Life

Junior Achievement teaches kids how to budget, how to write a check

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What would you like to be when you grow up? Here’s how much that job pays. Now, figure out how to spend what you’ll earn.

That eye-opening exercise is one that Johnathon Brinson, district manager of Junior Achievement of Eastern Iowa, puts to sixth-graders in a financial literacy class he teaches at Mount Vernon Middle School.

Brinson actually has kids draw a career out of a hat, with its salary noted. He then helps the students prepare a budget, including the type of house they hope to buy. It gets youngsters thinking about the financial facts of life.

“Some students chose to buy the nicest house possible and said they’d survive on hot dogs,” said Brinson, 35. “They learned a lot. They were awesome, and they asked great questions.”

Students are sent home with activities that aren’t quite homework — more like practice materials for the financial realities of day-to-day life.

“It encourages them to practice budgeting with their family,” Brinson said, noting the activities can spark conversations about money.

Brinson said students frequently arrive at a Junior Achievement class unsure about how to write a check and the difference between credit and debit.

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“It’s important that they learn how to own their own financial steps,” Brinson said.

Many of the students Brinson sees want to be successful.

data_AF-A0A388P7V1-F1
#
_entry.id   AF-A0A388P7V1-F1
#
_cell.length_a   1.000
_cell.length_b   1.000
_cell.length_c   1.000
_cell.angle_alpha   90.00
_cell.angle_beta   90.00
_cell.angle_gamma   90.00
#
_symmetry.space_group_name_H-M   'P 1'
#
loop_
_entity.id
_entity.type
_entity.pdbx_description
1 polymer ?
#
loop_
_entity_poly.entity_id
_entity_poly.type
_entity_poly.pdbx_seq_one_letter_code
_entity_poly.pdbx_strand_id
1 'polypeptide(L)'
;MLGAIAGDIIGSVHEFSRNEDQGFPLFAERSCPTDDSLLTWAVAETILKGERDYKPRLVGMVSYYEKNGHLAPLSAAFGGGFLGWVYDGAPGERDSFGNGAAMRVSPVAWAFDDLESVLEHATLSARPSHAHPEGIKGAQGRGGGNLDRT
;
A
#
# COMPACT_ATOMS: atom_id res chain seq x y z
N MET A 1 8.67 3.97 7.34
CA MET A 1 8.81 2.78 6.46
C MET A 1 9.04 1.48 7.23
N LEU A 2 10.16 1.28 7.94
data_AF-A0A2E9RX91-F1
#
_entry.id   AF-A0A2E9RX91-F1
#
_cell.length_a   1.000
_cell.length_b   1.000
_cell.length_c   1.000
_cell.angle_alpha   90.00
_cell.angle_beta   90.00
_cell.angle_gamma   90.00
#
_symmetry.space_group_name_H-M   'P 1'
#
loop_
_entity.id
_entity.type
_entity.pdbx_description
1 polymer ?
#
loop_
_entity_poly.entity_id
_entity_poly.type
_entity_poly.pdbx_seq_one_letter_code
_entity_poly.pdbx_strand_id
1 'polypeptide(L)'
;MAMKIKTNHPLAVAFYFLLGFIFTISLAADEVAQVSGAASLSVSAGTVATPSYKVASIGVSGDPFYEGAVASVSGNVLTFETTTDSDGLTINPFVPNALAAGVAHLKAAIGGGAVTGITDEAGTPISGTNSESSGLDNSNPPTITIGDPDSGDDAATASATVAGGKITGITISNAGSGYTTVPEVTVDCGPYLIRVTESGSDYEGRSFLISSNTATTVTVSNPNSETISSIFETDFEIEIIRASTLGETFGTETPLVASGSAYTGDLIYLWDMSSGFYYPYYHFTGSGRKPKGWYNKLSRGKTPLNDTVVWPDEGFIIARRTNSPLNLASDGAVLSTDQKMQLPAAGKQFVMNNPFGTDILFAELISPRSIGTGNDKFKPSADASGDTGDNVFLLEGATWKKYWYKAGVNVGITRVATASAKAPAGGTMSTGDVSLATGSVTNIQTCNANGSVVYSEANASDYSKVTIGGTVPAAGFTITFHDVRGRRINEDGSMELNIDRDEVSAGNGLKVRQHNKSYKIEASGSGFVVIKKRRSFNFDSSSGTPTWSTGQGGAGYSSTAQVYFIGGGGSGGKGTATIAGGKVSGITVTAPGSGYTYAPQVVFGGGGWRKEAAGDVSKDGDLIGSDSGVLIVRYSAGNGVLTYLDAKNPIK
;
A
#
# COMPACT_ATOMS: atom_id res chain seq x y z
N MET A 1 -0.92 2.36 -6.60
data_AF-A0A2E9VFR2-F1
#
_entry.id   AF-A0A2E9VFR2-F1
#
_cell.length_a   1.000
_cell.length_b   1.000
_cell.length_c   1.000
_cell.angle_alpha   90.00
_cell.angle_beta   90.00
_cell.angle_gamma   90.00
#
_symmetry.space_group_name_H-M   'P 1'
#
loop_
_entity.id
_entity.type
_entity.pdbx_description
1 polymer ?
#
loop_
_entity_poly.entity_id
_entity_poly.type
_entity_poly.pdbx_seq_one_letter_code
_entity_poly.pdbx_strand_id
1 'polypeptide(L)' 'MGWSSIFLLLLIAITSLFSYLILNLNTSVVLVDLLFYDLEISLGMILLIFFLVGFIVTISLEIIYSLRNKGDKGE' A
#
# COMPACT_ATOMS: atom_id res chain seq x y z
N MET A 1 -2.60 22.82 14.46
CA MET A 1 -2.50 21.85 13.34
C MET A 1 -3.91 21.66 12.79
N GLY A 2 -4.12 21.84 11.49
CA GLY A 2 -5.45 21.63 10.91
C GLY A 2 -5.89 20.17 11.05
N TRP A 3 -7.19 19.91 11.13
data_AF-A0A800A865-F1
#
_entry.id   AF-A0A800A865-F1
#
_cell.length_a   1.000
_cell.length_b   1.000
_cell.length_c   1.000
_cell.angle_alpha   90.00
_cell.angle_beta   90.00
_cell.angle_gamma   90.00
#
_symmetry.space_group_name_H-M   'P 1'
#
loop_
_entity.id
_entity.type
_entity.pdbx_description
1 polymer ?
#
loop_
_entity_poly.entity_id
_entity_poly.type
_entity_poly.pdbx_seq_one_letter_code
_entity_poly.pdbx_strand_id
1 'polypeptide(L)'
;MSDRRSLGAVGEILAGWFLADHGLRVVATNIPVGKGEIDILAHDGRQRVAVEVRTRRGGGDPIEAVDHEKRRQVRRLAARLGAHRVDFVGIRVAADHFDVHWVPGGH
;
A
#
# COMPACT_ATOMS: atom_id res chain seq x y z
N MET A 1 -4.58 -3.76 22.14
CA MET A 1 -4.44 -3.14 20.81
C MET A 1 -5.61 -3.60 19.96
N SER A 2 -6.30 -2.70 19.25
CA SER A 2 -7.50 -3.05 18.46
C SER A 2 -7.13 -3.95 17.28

“They want to know how to earn the most money,” he said.

Even though Junior Achievement classes won’t necessarily teach them that, they do teach young people how financial planning today can lay the groundwork for their future.

“I’m doing something impactful by providing the tools that guide students toward success,” Brinson said.

Through Junior Achievement, classroom volunteers teach work readiness, entrepreneurship and financial literacy to more than 45,000 elementary through high school students in 45 Eastern Iowa school districts each year.

The volunteers who teach the financial literacy courses — which became part of Iowa’s required curriculum in 2018 — come from many different occupations.

Hearing from people in the community has the added benefit of teaching kids “about career paths they might not have heard of.”

Teaching materials, appropriate for each grade level, are provided to the volunteer teachers. Those interested in becoming a volunteer — it takes as little as one hour per week and can be done virtually this fall — can go to the Junior Achievement website, easterniowa.ja.org, and click “Get Involved.”

In teaching the classes, Brinson, a Florida native, said he draws from his experiences mentoring at-risk youth in his home state.

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“Keeping them engaged, not getting off track, and paying attention to the time is important,” he said. “It’s easy to accidentally spend 20 minutes answering a question.”

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